Colonial Hall -- Biographies of America's Founding Fathers

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William Paterson


Governor Paterson was one of the most accomplished statesmen whom New Jersey has produced. He was born in that state in 1745. Receiving an excellent education, he graduated at Princeton College in 1763, and then turned his attention to the study of the law. During the Revolution, Mr. Paterson employed his eminent abilities in furthering thc cause of his country. After the struggle had ended, and the formation of a federal union was proposed, he was sent as a delegate to thc convention which met at Philadelphia for that purpose. His course in that body increased his reputation as a statesman; and he was chosen senator from New Jersey into the first Congress after the adoption of the federal constitution. In 1790, Mr. Paterson was elected governor of New Jersey, and not long afterward he was appointed an associate judge of the supreme court of the United States. Mr. Paterson died in 1806, at the age of sixty-three years. He possessed a vigorous, comprehensive mind, and a large fund of knowledge in law and politics.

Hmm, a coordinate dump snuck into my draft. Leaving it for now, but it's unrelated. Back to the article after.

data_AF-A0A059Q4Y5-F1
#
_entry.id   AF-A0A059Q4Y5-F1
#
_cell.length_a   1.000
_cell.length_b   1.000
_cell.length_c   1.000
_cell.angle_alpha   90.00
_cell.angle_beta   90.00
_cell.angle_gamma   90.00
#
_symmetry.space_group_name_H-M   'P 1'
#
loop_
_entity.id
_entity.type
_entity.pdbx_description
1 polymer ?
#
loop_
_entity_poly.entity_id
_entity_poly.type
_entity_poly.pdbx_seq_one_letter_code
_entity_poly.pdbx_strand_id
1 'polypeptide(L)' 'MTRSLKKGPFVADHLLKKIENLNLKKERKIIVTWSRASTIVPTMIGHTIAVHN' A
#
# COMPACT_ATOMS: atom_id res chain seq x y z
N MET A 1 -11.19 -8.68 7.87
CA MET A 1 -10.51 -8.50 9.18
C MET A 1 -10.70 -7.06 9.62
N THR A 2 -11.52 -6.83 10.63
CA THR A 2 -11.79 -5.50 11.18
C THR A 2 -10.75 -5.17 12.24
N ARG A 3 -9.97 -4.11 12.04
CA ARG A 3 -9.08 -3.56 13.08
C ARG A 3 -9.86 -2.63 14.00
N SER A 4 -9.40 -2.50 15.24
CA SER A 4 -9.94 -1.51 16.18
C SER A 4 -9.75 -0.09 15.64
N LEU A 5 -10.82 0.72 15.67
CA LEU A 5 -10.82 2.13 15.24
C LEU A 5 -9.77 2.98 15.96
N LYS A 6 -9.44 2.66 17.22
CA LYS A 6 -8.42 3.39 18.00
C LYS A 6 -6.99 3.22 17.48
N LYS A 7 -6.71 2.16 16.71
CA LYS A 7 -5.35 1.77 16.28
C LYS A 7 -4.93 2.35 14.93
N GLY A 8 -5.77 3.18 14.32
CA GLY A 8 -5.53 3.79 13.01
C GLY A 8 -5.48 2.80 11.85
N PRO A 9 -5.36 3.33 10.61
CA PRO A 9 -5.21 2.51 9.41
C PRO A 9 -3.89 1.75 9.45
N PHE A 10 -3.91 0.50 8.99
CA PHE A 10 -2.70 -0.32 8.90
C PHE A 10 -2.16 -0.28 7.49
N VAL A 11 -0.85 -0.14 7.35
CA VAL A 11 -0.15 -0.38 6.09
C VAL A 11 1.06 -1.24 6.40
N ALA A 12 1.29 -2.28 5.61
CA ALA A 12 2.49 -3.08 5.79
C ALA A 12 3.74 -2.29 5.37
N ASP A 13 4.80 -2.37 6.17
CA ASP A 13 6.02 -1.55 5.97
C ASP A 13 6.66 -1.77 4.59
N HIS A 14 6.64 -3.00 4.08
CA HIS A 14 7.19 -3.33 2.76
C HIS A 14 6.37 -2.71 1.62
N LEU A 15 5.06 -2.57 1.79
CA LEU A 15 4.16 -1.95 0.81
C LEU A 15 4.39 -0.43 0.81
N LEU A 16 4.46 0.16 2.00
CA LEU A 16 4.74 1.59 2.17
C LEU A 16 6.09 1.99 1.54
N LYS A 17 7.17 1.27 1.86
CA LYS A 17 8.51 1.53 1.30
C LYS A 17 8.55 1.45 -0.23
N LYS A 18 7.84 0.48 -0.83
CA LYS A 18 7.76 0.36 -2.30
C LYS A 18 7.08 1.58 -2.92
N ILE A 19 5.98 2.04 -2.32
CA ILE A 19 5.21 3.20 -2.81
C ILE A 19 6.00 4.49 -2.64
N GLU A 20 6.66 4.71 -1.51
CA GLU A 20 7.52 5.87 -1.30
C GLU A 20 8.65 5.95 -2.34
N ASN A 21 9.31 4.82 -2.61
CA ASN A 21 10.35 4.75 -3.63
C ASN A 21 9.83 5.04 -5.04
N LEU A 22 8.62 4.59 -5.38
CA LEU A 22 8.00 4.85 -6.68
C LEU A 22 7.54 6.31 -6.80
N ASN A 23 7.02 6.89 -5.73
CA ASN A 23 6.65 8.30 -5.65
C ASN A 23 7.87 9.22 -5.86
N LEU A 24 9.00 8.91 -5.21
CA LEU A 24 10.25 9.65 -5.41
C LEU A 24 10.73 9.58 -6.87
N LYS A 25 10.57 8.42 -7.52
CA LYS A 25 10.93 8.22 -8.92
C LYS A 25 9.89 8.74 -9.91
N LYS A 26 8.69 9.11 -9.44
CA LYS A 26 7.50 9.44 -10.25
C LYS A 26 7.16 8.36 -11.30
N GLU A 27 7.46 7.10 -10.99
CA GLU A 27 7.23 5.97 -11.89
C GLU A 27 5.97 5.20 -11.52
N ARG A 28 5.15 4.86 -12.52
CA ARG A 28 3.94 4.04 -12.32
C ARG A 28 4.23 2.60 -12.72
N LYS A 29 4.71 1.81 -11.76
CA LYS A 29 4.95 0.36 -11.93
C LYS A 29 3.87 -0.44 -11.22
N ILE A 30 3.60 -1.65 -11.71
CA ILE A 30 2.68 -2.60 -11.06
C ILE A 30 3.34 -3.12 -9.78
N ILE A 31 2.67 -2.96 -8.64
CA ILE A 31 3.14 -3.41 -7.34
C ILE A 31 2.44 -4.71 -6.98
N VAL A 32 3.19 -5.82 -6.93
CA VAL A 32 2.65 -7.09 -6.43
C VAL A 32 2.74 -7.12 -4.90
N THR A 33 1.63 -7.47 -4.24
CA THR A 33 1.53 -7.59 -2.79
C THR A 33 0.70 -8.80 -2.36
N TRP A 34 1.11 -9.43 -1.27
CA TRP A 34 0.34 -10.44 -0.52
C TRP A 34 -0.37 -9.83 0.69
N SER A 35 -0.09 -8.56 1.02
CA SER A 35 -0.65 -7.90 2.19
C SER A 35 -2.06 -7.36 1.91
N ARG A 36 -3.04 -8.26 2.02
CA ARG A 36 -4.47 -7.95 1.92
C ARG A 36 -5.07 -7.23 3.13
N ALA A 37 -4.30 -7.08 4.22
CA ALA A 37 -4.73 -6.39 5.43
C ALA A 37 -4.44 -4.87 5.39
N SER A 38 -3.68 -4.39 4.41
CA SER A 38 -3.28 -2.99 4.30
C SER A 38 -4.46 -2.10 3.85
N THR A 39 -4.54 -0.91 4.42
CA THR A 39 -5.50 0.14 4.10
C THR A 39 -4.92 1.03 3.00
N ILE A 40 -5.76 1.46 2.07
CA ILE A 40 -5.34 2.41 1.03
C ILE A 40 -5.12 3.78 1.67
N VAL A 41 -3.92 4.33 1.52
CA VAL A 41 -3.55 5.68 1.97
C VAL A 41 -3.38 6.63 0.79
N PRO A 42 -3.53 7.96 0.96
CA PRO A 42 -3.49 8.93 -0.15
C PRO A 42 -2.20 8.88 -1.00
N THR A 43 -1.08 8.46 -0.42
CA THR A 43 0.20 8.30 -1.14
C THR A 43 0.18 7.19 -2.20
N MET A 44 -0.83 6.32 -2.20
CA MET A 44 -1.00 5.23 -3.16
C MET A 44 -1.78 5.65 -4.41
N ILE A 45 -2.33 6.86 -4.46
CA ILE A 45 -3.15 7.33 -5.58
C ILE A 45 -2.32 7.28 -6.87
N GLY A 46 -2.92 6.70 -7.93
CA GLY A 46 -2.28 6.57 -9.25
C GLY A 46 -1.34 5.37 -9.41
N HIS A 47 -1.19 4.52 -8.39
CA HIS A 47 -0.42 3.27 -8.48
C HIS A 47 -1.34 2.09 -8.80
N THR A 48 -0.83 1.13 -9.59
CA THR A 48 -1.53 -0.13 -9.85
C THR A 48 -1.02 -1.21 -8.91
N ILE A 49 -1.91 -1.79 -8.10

Source: Marshall, James V.. The United States Manual of Biography and History. Philadelphia: James B. Smith & Co., 1856. Pages 176 and 177. (Some minor spelling changes may have been made.)


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Last modified January 1, 2004